In the sixth part of the “People of Killeigh & Beyond” series Rita O'Rourke recalls her family's involvement in the village shop, then and now a central part of life in Killeigh.
“My mother Maura Buckley came to Killeigh village in 1924, aged two, with her brother Paddy, sister Kathleen and parents Andrew and Mary Buckley (Mary Hayes from Ogonnelloe in county Clare) They had bought a house in Killeigh village and they opened a small grocery shop there. The shop has continued to trade to this day almost a 100 years later.
In 1950 Maura took ownership of the premises and ran it until her retirement in 1972. During that time she married Jim Mahon and had four daughters, myself, Geraldine, Mary and Catriona all of whom worked in the shop intermittently and sometimes reluctantly!
Being situated on the main road and having petrol pumps and an air compressor we had a passing trade as well as our regular customers. Most of the shopping was done with daily and weekly orders placed for groceries. Milk in particular was on order as we didn't have a fridge or cold room for storage. It was also only available in glass bottles.
Bread was delivered to the shop unwrapped and unsliced so had to be parcelled with brown paper and tied with twine for the customer. A big part of the shopkeepers work was the weighing and packing of loose goods for sale. Tea, sugar, biscuits and sweets to name but a few.
In the store room there were big wooden containers for storing bran, pollard, flour and pigmeal. These were also weighed and packed ready for the customer.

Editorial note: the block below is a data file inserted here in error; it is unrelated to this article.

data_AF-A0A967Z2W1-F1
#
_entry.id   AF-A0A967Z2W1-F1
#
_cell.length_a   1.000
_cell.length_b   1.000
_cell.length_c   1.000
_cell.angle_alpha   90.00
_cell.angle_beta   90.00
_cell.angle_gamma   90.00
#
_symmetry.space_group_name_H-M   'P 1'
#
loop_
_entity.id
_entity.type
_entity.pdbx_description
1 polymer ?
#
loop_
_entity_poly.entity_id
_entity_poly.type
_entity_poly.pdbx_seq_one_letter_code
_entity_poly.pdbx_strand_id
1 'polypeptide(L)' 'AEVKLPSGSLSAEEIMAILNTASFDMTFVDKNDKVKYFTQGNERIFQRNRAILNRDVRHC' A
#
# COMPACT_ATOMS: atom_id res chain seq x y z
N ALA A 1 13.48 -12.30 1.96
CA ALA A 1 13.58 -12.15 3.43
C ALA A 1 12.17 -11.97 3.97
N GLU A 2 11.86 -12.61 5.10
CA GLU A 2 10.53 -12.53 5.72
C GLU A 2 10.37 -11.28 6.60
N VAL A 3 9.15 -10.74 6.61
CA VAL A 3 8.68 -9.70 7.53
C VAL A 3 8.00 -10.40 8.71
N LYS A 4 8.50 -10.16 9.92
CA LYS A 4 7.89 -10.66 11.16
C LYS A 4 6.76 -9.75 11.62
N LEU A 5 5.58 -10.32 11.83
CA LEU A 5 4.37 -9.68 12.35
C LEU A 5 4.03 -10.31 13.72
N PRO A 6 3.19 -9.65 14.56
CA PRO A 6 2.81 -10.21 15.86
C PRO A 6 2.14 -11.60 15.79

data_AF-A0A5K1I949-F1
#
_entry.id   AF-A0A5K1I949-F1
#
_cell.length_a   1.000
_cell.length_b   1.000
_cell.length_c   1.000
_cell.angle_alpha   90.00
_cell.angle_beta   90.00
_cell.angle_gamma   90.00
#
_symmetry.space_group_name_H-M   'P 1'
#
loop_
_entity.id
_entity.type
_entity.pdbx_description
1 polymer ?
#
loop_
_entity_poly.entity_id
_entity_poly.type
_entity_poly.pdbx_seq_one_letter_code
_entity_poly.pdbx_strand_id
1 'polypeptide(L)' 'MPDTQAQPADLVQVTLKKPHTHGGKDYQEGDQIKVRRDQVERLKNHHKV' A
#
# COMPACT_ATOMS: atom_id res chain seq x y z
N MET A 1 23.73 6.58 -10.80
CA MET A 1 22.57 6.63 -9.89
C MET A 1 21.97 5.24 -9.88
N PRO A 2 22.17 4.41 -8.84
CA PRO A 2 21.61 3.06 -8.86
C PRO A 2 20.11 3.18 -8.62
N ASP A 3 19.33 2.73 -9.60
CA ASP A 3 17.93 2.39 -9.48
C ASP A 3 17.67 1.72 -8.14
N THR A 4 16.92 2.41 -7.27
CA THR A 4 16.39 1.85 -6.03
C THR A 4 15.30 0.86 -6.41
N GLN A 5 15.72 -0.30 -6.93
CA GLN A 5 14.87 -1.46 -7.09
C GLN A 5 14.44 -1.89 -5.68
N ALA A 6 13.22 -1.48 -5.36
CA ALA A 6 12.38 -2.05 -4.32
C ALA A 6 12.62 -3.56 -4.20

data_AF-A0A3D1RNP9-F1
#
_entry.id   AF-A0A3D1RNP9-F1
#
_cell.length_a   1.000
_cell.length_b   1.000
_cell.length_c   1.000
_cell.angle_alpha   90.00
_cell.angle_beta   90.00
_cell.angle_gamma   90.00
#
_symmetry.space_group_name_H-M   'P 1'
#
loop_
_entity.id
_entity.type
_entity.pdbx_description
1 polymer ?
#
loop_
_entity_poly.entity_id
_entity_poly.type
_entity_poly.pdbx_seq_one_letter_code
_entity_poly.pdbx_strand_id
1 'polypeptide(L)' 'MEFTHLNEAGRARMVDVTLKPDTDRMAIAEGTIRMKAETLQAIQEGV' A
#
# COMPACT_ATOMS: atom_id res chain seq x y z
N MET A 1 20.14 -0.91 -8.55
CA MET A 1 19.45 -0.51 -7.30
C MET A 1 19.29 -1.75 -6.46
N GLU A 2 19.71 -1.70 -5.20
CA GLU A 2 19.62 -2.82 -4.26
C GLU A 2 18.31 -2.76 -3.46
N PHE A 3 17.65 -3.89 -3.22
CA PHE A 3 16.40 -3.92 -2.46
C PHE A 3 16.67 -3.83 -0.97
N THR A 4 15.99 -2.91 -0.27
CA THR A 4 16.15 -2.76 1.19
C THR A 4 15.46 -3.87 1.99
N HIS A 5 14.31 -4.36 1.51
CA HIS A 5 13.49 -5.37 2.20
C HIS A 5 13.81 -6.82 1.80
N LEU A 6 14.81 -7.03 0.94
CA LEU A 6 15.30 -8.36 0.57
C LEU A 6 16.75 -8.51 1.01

Each Thursday a full side of bacon was delivered by Midland Butter & Bacon Co. to be cut and divided into various pieces ready for existing customer orders.
Travelling salesmen called every few weeks, where products required were placed on order for delivery to the shop for sale. This was done prior to the opening of Cash & Carry and Wholesale Stores. Credit facilities were very much part of this era for both shopkeeper and customers, with very few cash sales.
Even though shop life was busy there was a much slower pace of life with people congregating for chats. The busiest times in the shop were Sunday morning after both Masses. Also each evening after football and hurling on the green (opposite the shop) and handball in the ball alley with a big rush for sales of ice cream and minerals.
Occasionally Mammy had to treat some casualties of these games. Having been a former member of the Red Cross Organisation she was very capable of administering first aid to those in need of patching up!
Of course the highlight of the business calendar was the annual August Monday Sports and the Macra na Feirme Carnival with both of these occasions attracting people from all the surrounding areas and where many a romance began.........sales of petrol and fancy sweets bought in especially were very high. These occasions were known to us as "our harvest"!
Now after almost 50 years since the shop was sold to Dan and Mary Coughlan and subsequently to the McEnroe family and the present owners Frank and Liz Gorman a lot of changes have occurred in the way people shop. There are many more choices for the shopper now with the opening of supermarkets and with the big increase of cars on the road, people have access to the various supermarkets.
Fortunately for my family it is lovely to see, what was our home and business still up and running very successfully by the current owners.
Long live the village shop!”
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